Officially, the castle section comprises four corners, but you need to treat it as two, the entry left (8) and the exiting right (11). Cut the inside kerbing and accelerate hard up the incline, there is almost a straight line to the top, it requires just a slight swing of the wheel to make it up without hitting the barriers. Brake hard down into second gear just after you get into fourth gear, running wide through Turn 11 will cost you a lot of time.

READ MORE: F1 2019 setup guides

Turns 12-14

Turn 12 is another 90-degree corner but one you have to be on your toes for given the proximity of the castle section’s exit. Stay in second gear and avoid all the kerbing, especially that on the inside. Turns 13 and 14 are left-handed kinks but you need to be firm with the steering wheel to avoid the outside barriers on the run down to Turn 15. Using the inside kerbing for 13 and slightly cutting 14 is also advisable, as it gives you the straightest line, especially when running with low downforce.

Turn 15 

Despite the previous flat-out zone being on a strong curve, you’ll be arriving here in top gear and at almost 200mph. Brake just after the 100m board down into third gear and avoid the inside kerbing, it’ll send you on a one-way trip to the barriers. Run the right-front wheel outside the exit kerbing like Turn 1 and plant the throttle on the run down to Turn 16. Banging your outside wheels on the outside barrier on exit isn’t the end of the world either, as long you hit it at a 90-degree angle, or you’ll lose your front wing. Be careful of the barrier on the outside on the entry into T15, it’s easy to lose your wing there too.

Turn 16 

Another 90 degree left-hander, but the most important on the circuit, as it leads onto the longest flat-out zone of the season, longer in terms of time than even Spa’s La Source to Les Combes run. Brake just after the 100m board disappears from view and you can put your front-right wheel over the white line to do so, as the kerbs don’t appear until after you start turning in.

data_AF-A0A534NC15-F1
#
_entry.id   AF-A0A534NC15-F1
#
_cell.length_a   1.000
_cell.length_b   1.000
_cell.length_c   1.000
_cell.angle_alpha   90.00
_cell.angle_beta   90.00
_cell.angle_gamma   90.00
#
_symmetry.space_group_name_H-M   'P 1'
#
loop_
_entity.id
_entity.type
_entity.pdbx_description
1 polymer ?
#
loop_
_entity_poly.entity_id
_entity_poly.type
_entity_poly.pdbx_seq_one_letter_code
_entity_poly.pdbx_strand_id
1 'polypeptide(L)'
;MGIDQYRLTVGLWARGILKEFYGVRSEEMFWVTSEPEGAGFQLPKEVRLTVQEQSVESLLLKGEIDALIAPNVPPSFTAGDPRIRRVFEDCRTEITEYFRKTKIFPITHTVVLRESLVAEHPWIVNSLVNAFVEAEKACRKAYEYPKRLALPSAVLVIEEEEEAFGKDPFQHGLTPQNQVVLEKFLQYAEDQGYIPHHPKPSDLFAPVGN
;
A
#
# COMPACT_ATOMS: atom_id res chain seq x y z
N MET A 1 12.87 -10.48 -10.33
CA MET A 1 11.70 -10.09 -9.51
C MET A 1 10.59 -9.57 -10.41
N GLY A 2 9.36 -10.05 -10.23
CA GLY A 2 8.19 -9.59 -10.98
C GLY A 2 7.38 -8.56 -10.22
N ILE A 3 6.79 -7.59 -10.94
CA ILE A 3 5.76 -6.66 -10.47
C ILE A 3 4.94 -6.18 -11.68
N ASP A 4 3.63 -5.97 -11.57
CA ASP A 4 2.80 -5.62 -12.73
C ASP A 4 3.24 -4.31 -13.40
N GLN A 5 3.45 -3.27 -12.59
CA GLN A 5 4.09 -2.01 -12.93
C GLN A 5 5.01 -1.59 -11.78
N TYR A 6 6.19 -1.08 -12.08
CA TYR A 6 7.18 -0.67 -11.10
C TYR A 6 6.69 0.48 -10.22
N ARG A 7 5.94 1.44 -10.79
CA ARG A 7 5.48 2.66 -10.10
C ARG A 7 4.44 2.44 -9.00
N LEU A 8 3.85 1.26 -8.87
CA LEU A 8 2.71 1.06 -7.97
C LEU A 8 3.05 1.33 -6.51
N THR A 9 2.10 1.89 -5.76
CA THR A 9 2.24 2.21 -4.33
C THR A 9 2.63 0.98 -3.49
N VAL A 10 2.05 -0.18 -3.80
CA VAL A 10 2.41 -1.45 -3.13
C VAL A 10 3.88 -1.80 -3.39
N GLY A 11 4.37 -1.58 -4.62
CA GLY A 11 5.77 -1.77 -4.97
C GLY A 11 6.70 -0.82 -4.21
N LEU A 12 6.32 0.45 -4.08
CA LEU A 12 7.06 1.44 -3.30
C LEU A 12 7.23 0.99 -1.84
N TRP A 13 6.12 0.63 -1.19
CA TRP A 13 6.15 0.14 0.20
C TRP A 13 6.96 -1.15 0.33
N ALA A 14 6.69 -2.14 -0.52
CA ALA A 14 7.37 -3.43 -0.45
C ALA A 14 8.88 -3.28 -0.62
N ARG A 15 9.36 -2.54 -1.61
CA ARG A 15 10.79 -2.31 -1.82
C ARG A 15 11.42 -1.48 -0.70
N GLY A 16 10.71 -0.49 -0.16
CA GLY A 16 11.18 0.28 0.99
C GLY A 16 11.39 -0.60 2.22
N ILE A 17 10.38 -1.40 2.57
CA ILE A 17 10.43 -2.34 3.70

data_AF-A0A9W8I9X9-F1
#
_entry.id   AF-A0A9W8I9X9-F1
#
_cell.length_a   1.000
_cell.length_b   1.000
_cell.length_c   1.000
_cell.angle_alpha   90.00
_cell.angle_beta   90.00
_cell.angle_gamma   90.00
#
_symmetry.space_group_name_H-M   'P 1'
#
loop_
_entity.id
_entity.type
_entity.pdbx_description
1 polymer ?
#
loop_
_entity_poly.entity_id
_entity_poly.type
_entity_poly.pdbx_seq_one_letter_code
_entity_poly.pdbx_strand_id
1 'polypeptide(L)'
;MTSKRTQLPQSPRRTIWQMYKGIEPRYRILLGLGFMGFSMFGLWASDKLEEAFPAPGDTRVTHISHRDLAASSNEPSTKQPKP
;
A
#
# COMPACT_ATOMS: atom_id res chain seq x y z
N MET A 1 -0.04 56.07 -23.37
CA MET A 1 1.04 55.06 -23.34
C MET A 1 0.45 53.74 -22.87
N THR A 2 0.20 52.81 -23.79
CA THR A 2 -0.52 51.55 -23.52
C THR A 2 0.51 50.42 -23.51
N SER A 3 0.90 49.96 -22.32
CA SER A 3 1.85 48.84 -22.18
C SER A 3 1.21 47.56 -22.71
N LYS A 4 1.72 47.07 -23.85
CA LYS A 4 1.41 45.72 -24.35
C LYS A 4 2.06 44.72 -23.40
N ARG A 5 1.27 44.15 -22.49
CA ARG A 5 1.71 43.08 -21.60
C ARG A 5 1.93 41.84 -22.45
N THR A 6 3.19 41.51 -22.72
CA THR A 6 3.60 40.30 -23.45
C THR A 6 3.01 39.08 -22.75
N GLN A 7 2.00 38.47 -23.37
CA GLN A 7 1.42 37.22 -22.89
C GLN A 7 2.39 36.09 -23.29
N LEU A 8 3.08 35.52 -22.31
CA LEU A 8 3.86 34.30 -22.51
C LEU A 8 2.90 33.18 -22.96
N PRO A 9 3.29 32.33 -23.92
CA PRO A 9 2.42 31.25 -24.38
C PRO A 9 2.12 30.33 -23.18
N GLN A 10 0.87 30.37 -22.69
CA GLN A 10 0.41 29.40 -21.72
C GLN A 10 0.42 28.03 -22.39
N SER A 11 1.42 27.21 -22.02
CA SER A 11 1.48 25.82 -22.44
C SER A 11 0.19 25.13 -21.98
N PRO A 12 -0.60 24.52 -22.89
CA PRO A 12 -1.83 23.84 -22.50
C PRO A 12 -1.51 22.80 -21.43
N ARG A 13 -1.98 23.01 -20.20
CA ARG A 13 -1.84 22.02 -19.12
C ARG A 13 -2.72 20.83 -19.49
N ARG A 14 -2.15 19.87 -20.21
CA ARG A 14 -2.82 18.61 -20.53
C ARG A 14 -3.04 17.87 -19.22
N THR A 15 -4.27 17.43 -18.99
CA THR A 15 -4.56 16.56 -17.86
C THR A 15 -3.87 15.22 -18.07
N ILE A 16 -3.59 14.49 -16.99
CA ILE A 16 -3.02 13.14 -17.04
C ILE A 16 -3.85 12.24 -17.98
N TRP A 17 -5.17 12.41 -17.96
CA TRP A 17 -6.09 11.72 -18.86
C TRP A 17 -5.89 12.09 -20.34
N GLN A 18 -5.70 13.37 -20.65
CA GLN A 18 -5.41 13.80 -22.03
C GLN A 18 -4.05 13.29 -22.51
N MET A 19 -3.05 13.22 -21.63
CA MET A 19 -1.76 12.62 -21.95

Go down to third gear by the apex of the corner and avoid all kerbs, especially those on the exit, you will end up laying down rubber on the Azeri flag if you do so. Put the peddle to the metal and pray you’ve done enough to shake off you pursuer through the twisty section. Turn 17 is another kink that won’t give you much trouble, the difficult part comes after…

Turns 18 & 19

Turns 18 and 19 are effectively a very high-speed chicane, one you round at almost 200mph. Hug the kerbs for both corners, as it’s hard to avoid them and the barriers. The line is crucial here, a bad one will land you in deep trouble on the run down to Turn 1 thanks to the DRS and slipstream. It’s best to lightly turn the wheel and like the castle section, takes practice to perfect. This is flat out, you won’t need to lift even in the Williams, but you will have to feather if you’re following another car. Turn 20 is another slight kink and I’m not even sure why it’s classed as a corner on the track map. The quickest line is the straightest line near the pit wall, but you have to go to the right in the race, because of the proximity of the first corner.

Setup

Low downforce is key around Baku, as you can’t overtake without it and you’ll be a sitting duck on the straights. I went with 2/4 wings, the lowest you can get away with while still being fast around the corners. On-throttle diff needs to be as low as possible (around 70%), with off-throttle as high as possible (around 90%). Camber as high as possible and toe as low as possible, you can be aggressive with this as well, because tyre wear isn’t a huge issue here, especially on the fronts. The springs need to be soft in case you do use the kerbs, around 3 for front and rear. Ride height needs to be in the middle (5/6), with the anti-roll bar high at about 8 because the corners here are short. Brake pressure needs to be high here because of the big stops, around 75%, but no higher, as lock-ups aren’t uncommon. Rear tyre pressure should be low, 21.1 psi prevents overheating but you can get away 23.4 on the fronts.

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George Howson

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23-year-old F1 & Football fanatic from Yorkshire who tells it as it is. Outside of writing, I'm a photographer, podcaster and Engineering graduate.